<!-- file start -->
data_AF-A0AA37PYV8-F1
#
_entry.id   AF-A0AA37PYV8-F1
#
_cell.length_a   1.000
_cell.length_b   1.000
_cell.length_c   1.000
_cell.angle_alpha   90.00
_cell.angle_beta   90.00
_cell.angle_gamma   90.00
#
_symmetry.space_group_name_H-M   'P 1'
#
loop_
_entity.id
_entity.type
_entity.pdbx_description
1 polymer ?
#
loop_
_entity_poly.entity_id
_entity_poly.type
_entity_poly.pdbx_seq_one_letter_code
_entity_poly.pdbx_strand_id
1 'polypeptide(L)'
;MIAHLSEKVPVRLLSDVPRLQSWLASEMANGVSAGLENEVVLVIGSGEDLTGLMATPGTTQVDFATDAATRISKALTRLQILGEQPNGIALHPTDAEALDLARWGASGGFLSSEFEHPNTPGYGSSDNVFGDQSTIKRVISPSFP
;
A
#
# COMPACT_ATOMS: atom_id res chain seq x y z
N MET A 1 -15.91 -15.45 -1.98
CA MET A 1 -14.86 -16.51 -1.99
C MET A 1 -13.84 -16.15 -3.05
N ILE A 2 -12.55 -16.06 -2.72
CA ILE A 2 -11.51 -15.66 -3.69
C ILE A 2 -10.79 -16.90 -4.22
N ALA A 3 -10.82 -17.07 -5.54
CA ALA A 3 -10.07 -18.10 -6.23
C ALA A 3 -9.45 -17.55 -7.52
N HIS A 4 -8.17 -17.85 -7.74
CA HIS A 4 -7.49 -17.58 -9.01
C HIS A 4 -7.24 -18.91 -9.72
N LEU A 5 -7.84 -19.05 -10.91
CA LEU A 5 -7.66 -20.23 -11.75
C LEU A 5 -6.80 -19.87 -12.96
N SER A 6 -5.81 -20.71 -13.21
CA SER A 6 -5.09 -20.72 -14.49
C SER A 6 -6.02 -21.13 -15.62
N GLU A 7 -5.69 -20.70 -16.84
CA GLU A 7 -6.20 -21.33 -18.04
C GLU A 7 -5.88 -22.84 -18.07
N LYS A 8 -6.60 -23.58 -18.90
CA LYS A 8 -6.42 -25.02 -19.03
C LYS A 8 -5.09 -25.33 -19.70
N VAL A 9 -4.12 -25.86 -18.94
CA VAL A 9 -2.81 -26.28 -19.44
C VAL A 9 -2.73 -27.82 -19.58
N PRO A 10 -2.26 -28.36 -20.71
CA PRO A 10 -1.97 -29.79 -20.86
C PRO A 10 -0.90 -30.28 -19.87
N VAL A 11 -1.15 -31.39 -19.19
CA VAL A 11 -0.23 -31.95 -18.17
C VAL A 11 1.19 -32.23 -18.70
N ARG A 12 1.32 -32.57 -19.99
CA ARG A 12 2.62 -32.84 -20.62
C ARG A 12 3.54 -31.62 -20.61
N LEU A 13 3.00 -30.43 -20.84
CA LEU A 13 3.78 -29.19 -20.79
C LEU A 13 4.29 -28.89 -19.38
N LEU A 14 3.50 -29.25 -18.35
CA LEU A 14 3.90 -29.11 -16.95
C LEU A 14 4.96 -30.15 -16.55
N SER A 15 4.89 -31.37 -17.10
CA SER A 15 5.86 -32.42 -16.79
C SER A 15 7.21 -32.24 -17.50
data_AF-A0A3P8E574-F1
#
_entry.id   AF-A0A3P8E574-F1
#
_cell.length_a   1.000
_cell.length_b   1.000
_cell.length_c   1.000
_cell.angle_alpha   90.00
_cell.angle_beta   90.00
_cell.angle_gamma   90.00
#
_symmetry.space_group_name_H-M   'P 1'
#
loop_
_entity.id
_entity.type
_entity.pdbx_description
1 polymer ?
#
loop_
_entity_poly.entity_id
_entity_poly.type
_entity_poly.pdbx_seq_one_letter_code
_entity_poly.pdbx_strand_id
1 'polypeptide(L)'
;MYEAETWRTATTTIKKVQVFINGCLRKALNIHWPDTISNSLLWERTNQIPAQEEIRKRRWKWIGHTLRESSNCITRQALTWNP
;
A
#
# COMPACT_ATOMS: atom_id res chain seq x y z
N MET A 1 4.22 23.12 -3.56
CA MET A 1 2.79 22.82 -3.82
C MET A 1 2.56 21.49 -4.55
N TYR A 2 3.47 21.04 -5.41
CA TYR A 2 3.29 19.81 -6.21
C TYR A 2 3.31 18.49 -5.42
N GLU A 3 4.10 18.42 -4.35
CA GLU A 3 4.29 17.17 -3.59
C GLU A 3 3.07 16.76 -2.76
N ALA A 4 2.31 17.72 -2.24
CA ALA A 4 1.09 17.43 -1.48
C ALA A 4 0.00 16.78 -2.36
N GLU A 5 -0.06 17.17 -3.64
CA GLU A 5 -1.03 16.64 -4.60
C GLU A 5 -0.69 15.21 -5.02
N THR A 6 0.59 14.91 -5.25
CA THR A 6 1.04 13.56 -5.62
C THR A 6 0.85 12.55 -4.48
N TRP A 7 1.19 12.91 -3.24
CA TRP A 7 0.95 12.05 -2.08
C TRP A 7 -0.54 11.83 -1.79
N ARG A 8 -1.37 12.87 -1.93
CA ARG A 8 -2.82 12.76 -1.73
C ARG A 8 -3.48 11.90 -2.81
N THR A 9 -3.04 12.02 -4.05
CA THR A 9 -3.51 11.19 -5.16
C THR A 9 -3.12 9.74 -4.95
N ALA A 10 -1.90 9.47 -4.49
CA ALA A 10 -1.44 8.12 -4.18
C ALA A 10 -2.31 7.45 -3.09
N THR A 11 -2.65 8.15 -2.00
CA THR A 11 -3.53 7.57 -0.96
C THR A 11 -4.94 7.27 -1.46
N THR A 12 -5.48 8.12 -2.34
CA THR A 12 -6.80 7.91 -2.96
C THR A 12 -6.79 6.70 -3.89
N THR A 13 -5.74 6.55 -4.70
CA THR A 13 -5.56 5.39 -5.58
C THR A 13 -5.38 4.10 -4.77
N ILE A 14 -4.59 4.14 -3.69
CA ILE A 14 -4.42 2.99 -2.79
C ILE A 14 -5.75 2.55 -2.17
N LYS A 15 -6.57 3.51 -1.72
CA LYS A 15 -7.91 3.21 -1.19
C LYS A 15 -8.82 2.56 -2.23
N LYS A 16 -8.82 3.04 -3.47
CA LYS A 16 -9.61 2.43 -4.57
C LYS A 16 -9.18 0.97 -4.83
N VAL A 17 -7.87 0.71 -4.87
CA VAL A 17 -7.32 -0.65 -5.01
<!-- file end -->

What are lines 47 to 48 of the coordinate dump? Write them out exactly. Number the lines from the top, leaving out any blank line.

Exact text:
CA SER A 6 -5.09 -20.72 -14.49
C SER A 6 -6.02 -21.13 -15.62